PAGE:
A ROW has blown up over prayers held before council meetings in Ryedale.

Currently a vicar is brought in by the leader of the council, to lead a few minutes of prayer before the full council meeting starts.

Now Liberal Democrat councillors, Coun Tommy Woodward and Coun John Clark, have put forward a motion that prayers should be moved from the council chamber to take place prior to the meeting in a separate room.

Coun Woodward, an atheist, said: “I am also a liberal, so I don’t think the prayers should be stopped altogether, just stopped from being held in the council chamber, when all the councillors are present and held prior to the meeting in a separate room.

“I don’t see why those of us who aren’t religious should have to be there while they’re taking place. I could take it upon myself to walk out of the room, but that draws attention to me at every meeting.”

Conservative council leader, Coun Keith Knaggs, said he expected the motion would be turned down.

He said: “I am not a practising Christian. But I believe there is still a Christian ethos in this country and particularly in Ryedale. To start a council meeting with prayers and, for some of us, a moment’s quiet contemplation, helps give a sense of perspective to our work. No-one has to participate.”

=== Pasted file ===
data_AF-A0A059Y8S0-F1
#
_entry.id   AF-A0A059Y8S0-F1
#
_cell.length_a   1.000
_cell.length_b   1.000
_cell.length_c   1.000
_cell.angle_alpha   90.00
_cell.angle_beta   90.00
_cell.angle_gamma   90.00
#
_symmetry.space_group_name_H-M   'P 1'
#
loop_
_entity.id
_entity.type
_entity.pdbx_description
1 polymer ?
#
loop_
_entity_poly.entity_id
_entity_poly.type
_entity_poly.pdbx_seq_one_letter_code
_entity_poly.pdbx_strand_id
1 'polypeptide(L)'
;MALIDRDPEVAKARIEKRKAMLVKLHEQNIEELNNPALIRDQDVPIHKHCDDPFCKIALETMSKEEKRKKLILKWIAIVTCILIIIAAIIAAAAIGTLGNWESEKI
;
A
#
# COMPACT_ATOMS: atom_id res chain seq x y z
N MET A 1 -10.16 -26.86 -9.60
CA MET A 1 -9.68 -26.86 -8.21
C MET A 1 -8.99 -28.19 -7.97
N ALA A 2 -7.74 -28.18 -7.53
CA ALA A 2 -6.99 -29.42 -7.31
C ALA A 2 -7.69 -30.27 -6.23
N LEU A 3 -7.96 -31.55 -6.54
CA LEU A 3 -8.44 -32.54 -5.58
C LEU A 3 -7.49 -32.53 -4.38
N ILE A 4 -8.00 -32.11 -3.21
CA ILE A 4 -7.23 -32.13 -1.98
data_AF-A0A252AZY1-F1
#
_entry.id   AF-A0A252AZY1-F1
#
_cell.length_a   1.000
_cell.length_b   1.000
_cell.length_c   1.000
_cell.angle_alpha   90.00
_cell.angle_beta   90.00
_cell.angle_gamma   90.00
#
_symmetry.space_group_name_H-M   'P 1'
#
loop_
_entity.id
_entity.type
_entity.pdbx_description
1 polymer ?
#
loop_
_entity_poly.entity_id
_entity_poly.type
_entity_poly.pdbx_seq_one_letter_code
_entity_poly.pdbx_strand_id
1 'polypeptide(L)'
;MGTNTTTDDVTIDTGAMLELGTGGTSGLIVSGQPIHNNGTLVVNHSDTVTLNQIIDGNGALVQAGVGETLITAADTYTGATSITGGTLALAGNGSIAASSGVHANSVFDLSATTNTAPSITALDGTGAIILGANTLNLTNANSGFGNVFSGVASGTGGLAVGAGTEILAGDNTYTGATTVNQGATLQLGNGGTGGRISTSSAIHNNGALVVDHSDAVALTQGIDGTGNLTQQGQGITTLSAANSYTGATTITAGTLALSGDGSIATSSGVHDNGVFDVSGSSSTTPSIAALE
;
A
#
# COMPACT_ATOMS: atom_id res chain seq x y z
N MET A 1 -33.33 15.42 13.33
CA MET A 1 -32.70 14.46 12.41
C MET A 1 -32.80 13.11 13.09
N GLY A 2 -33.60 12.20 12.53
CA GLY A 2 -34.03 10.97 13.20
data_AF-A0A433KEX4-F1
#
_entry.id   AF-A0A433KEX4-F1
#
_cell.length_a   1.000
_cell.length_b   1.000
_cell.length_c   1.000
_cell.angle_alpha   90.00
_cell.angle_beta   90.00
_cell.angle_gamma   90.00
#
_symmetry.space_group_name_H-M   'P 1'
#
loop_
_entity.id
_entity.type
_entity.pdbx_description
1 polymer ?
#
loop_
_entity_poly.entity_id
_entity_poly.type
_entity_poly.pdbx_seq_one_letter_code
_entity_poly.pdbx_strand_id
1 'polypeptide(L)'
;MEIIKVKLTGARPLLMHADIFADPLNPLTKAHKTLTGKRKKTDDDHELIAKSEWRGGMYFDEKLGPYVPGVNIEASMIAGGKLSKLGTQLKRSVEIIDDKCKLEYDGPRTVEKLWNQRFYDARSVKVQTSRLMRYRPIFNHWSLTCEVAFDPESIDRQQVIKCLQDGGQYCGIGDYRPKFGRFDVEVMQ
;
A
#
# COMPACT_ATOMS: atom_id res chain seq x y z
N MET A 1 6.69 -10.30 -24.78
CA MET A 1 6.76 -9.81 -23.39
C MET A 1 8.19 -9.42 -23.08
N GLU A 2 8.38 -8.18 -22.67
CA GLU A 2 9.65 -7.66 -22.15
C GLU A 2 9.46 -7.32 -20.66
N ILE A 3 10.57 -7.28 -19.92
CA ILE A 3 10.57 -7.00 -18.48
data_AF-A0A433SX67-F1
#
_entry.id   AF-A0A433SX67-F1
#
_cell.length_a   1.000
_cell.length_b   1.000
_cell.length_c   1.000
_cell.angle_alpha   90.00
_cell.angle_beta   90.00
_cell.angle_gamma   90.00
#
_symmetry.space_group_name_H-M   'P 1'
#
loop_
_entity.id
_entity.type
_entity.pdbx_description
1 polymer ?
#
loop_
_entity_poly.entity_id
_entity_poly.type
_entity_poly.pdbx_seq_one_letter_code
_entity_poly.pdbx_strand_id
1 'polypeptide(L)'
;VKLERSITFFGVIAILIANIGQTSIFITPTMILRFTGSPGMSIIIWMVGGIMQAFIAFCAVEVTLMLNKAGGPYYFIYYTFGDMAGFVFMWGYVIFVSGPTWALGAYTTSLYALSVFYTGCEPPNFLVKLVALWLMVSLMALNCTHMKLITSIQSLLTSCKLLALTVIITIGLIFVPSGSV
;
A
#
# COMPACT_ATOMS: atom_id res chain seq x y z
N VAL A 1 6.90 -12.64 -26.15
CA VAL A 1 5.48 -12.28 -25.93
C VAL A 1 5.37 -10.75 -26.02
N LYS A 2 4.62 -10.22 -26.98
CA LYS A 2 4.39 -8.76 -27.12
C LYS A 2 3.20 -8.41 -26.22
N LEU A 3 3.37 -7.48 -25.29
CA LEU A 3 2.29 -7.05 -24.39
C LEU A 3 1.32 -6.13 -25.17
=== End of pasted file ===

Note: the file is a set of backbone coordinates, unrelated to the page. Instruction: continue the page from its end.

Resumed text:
Canon John Manchester, who was chaplain to many of the council’s chairmen, said: “Whether it is Parliament or local government, those elected people need to remember that they are also answerable to a higher authority.”

But Coun Woodward said: “The only people I’m answerable to are the people that elected me. He may feel he’s answerable to a higher authority, but I don’t.

“There are a few things that happen on this council because that’s the way it has always been done, including that if you don’t have a majority, the largest party takes the chairmanship of the overview and scrutiny committee, which is the way it should be. If they can get rid of other things, I can get rid of the prayers.”

Ryedale District Council will vote on whether to continue holding prayers before meetings on Monday.

York Press: The Press - Comment

Graceful solution

GRACE before dinner may be a tradition that for the most part has died out, but in Ryedale prayers before council meetings are still held.

An English anachronism, some might say, and indeed the practice has now been brought into question.

There will be those who welcome the news, others will view it with sadness; one more tradition could be lost in an increasingly bland society that seeks to avoid offence at any cost.

But we hope the council’s handling of the matter will also be quintessentially English.

Consideration for others has always been a virtue in this country and that should not be mistaken for political correctness.

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